Transgender woman files privacy claim against DMV

by Lisa Leff

Associated Press

Friday December 10, 2010

A transgender woman on Thursday filed a claim against the California Department of Motor Vehicles, saying the clerk who handled her application for a new driver's license sent her a letter at home calling her gender change a "very evil decision" that would condemn her to hell.

Amber Yust, 23, said the clerk at the department's San Francisco office processed her application for a license with her female name in October.

She received the letter addressed to her old name, David, four days later. It identified the writer as the person who processed Yust's application.

"Although I helped you with the name change, I have to say I do not support the reason for it," says the letter, signed with only a first name and typed on plain paper. "I also do not believe the state's recognition of it - through official documents - makes it legitimate or any less evil."

Yust alleges the clerk used a state database to find her home address. She said she also received a pamphlet from a New York-based conservative Catholic ministry to whom she thinks the DMV clerk furnished her address.

Yust took the first step toward suing the DMV by filing the claim stating that its employee's actions violated her privacy and civil rights, and seeking more than $25,000 in damages.

"Going into a DMV isn't exactly a fun experience," she said. "So to have someone who dislikes something about you or has some strange interest in you decide to use your personal information for something other than what it was supposed to is really scary. I want people to feel safe."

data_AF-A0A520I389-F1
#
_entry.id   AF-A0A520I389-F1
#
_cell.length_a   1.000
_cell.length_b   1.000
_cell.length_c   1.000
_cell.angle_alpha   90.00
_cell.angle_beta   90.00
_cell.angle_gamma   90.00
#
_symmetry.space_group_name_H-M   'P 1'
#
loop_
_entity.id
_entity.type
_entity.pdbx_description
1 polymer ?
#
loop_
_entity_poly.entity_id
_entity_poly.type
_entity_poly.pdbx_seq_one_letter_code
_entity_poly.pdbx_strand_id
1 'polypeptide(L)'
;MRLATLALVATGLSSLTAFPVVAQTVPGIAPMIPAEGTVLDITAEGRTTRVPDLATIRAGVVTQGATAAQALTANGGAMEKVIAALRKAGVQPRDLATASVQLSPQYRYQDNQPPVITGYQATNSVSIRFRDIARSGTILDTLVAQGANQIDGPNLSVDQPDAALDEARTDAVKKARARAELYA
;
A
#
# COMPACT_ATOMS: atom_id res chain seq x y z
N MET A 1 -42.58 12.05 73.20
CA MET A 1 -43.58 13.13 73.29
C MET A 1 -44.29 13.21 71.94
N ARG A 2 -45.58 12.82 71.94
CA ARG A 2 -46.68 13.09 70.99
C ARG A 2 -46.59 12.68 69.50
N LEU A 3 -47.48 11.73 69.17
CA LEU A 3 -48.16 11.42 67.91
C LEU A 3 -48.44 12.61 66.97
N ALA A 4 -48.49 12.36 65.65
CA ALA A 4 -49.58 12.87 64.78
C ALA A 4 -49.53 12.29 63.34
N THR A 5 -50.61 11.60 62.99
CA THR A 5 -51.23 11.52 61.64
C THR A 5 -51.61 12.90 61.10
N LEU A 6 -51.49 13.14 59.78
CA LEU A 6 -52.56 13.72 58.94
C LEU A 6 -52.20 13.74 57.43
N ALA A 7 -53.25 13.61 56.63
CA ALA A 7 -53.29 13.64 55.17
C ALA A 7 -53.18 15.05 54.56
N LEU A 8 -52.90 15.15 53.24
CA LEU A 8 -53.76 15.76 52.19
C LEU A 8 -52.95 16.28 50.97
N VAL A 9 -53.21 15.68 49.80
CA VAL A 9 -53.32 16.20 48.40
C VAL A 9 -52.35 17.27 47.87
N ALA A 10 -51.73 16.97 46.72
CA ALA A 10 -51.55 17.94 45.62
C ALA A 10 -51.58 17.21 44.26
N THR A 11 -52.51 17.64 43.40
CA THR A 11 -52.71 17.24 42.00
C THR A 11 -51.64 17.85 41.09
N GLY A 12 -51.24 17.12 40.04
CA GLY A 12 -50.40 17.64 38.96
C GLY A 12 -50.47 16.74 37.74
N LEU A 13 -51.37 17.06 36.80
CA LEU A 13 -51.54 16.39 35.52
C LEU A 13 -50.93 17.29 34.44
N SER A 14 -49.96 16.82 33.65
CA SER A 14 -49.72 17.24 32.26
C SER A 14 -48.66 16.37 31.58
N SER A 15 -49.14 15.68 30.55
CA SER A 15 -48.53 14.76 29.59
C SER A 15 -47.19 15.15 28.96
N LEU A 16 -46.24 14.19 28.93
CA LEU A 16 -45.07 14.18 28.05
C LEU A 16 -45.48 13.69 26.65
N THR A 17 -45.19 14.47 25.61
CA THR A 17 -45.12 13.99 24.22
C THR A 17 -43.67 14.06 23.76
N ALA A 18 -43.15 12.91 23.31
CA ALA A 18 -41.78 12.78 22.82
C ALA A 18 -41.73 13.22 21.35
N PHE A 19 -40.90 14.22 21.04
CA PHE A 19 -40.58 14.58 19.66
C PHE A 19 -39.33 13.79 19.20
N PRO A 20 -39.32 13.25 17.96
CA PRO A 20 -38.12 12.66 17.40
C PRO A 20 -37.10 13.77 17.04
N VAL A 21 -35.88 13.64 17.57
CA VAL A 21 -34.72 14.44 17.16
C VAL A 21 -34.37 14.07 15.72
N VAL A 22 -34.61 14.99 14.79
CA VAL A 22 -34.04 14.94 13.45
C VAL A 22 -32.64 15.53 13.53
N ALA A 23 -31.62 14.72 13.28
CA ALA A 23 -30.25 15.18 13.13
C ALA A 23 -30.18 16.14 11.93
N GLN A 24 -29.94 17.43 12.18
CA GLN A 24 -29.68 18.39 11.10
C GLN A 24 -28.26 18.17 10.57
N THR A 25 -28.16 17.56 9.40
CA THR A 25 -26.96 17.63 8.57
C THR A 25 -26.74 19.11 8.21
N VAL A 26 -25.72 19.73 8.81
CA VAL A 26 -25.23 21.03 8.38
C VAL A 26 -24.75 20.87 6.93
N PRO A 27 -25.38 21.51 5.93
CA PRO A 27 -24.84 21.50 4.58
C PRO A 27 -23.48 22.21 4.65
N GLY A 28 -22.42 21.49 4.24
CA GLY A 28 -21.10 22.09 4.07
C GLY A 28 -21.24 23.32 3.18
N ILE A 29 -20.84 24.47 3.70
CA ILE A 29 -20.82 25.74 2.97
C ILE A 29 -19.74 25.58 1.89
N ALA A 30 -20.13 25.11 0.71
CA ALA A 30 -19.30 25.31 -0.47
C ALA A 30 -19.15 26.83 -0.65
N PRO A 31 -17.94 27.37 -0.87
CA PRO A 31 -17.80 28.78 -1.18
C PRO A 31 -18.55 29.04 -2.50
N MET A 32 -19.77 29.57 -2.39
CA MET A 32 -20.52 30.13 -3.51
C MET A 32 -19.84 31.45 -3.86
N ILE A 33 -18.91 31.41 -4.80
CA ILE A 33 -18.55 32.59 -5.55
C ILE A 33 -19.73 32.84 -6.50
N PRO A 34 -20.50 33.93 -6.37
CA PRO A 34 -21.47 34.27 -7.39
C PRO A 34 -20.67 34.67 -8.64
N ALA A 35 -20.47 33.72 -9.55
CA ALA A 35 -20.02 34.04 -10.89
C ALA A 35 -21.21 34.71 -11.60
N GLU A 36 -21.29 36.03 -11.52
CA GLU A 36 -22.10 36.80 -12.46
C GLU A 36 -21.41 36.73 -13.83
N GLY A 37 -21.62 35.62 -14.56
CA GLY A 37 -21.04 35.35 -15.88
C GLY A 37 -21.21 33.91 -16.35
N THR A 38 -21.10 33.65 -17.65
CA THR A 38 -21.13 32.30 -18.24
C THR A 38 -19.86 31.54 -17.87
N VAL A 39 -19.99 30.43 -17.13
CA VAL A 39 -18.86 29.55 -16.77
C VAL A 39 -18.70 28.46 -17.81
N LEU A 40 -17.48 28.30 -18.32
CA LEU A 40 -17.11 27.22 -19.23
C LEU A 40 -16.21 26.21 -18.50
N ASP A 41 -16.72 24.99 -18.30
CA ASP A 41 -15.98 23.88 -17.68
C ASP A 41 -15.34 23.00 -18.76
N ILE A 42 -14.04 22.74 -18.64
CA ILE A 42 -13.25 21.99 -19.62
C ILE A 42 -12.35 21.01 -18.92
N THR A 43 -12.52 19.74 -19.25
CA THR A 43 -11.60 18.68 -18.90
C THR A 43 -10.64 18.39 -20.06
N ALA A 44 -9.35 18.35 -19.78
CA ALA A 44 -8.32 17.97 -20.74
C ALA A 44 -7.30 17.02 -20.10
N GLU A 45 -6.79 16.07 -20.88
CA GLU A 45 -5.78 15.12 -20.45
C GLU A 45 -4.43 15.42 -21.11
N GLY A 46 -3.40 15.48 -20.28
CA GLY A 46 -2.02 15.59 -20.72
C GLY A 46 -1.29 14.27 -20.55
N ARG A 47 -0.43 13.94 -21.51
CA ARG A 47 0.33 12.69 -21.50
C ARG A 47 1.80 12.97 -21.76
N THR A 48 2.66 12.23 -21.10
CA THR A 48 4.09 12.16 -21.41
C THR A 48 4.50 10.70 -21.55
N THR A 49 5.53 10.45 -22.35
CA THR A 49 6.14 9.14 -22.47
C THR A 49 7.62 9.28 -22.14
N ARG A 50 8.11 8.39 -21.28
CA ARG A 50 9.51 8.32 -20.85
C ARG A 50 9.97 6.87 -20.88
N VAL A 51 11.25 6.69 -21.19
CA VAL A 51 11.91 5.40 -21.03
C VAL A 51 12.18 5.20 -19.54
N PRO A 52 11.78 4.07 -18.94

DMV spokesman Mike Marando declined comment on the matter because it involves pending litigation and a personnel matter. Marando said the department has been investigating Yust's allegations since it was alerted six weeks go.

All DMV employees are trained to be sensitive to transgender Californians who, like Yust, have obtained the necessary paperwork to have their driver's licenses changed to reflect their new names and genders, he said.

"This is something we are taking very seriously," Marando said. "Generally, and not speaking specific to this case, employees are not allowed to contact customers offline. They are not allowed to access department records or databases unless it's specific to the business at hand."

Yust's lawyer, Chris Dolan, said he and staff members at the nonprofit Transgender Law Center in San Francisco think the worker who wrote Yust is a DMV clerk who was disciplined last year for allegedly telling another transgender woman that he did not want to help her and "God will send you to hell."

Transgender Law Center Kristina Wertz said the August 2009 incident produced an apology from a regional DMV administrator and an opportunity for the center to provide additional transgender sensitivity training at the San Francisco office.

"We really gave the DMV the benefit of the doubt at the outset in addressing the previous incident of discrimination," Wertz said. "When we first heard that this person was still permitted to be working with the public when it was known he harbored feelings of bias against transgender individuals and was actively hostile to them, we were pretty angry."

Yust said the clerk who assisted her at the DMV on Oct. 21 was "standoffish" but not rude. He claimed there was a "mismatch" with her Social Security records and made her get a clarification letter, but Yust left the DMV office with her new license. When she got the letter, which was sent without a return address, she was alarmed.

"My initial feeling was like the shock of, 'What is this?' And after it had a little time to sink in, it was really hurtful," she said. "The fact there are people out there willing to send that kind of thing to anyone is really amazing."

Along with damages and attorney's fees, Yust plans to seek a court order requiring the DMV to prevent future discrimination, Dolan said.

"If it was an African-American who went to the DMV and the DMV person sent a letter saying you should be lynched and then sent the address to the KKK, people would be going berserk," Dolan said. "That's exactly what happened here, but you just insert the word transgender for black and religious fanatic for KKK."

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